A walk around Toronto with Robyn Yates Cameron (MA 2013) could be unnerving. You might discover that your favourite hairdresser is working beside a mass graveyard, your legislative buildings are haunted, or that the brownstone you’ve been thinking of buying was once the site of murder and mayhem. But Cameron is just as familiar with the bright moments in Toronto history, whether they pertain to music, food or hockey. As Historian and Sleuth (yes, that’s her official title) with a company called Urban Capers, Cameron designs historical scavenger hunts. Here, she travels back in time with Cynthia Macdonald.
Describe an Urban Capers adventure.
We give you a booklet, a map and some instructions. Players walk for about two hours around a historical neighbourhood, and stop at some 20 different locations. They have to answer a tricky question or riddle at each stop.
How does a Mississauga native become an expert on Kensington Market?
I used to work at bingo halls in Kingston, and found gambling was a really interesting subculture. So I combined that with my existing knowledge of Asian-Canadian history, and did my master’s degree at U of T on the history of gambling in Toronto’s Chinatowns. When Jodi Sinden (the founder of Urban Capers) wanted to write a tour of Chinatown, she advertised in the U of T job listings for students and hired me!
In fact, one of your tours involves U of T. I guess the story of Ivan Reznikoff, the cuckolded stonemason who haunts UC, is pretty popular with scavengers. Refresh our memories?
One night Reznikoff and his rival had an epic knife-fight inside the half-constructed University College, and Reznikoff was killed. His body was thrown into one of the half-completed stairwells and covered up. They didn’t find out about it until University College caught on fire in 1890. While they were setting up for a Valentine’s Day dance, the decorations caught fire and the building burned down. Going through the rubble they found the skeleton of this guy – still wearing his stonemason’s belt.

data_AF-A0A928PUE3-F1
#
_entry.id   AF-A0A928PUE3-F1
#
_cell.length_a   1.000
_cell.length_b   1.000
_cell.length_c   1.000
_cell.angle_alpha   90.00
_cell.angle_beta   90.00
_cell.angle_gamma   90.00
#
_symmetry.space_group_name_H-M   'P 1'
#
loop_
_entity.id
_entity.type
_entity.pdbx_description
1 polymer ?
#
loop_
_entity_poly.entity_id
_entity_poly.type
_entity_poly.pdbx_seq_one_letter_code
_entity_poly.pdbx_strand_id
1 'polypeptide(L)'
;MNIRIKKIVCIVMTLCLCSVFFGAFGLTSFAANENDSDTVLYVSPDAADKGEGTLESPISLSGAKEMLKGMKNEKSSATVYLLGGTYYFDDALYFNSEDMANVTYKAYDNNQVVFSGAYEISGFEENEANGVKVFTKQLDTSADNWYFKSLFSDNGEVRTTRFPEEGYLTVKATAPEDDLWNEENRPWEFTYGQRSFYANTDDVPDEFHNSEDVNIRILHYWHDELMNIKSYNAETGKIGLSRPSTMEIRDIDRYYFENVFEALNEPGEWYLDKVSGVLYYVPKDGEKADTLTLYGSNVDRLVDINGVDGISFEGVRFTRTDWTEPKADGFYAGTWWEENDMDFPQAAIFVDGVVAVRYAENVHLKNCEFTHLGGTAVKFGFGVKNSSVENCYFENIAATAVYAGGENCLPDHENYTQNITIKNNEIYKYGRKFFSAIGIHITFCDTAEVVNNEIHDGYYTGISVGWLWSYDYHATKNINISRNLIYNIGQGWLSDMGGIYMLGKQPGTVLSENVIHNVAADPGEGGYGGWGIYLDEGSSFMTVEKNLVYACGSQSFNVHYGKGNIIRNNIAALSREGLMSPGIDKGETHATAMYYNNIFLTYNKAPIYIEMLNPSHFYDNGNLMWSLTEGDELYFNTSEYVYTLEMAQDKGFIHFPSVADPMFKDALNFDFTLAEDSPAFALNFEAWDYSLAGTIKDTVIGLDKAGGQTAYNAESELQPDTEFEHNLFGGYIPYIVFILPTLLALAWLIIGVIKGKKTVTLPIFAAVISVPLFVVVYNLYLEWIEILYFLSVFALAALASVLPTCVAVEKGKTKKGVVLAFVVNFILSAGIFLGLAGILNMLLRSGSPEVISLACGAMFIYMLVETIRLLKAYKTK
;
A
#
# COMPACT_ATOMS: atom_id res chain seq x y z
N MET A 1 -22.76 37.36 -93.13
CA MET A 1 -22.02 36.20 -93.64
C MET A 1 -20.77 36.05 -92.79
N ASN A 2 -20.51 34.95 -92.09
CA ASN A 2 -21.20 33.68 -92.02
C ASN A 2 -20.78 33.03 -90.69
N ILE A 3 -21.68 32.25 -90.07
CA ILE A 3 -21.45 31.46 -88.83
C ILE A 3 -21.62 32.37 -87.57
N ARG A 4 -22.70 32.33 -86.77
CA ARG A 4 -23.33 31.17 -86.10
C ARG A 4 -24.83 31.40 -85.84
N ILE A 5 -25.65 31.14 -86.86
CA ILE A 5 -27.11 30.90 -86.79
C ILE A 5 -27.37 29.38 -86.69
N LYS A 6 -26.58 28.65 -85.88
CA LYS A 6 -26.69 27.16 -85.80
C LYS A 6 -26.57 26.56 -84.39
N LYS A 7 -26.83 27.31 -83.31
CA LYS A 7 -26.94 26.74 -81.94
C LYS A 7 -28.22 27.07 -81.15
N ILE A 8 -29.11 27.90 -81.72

Everyone talks about how old Toronto used to be no fun at all, rolling up the sidewalks on Sundays and so forth. But your research shows it was actually full of scandal and mysterious secrets.
Interesting things have always happened here. And Urban Capers’ murder mysteries are our most popular tours.
Like the Circus Riot of 1855, in which firefighters and clowns brawled in a brothel on Front Street. Does Toronto do a good job of preserving its colourful history?
A pretty good job; the Toronto historical plaque series lets you visit things that used to be there, even if they aren’t any longer. But one of Toronto’s major failings is that we don’t have a historical museum dedicated to the city.
Do the winners of your hunts get prizes?
Yes – but those have to stay a secret!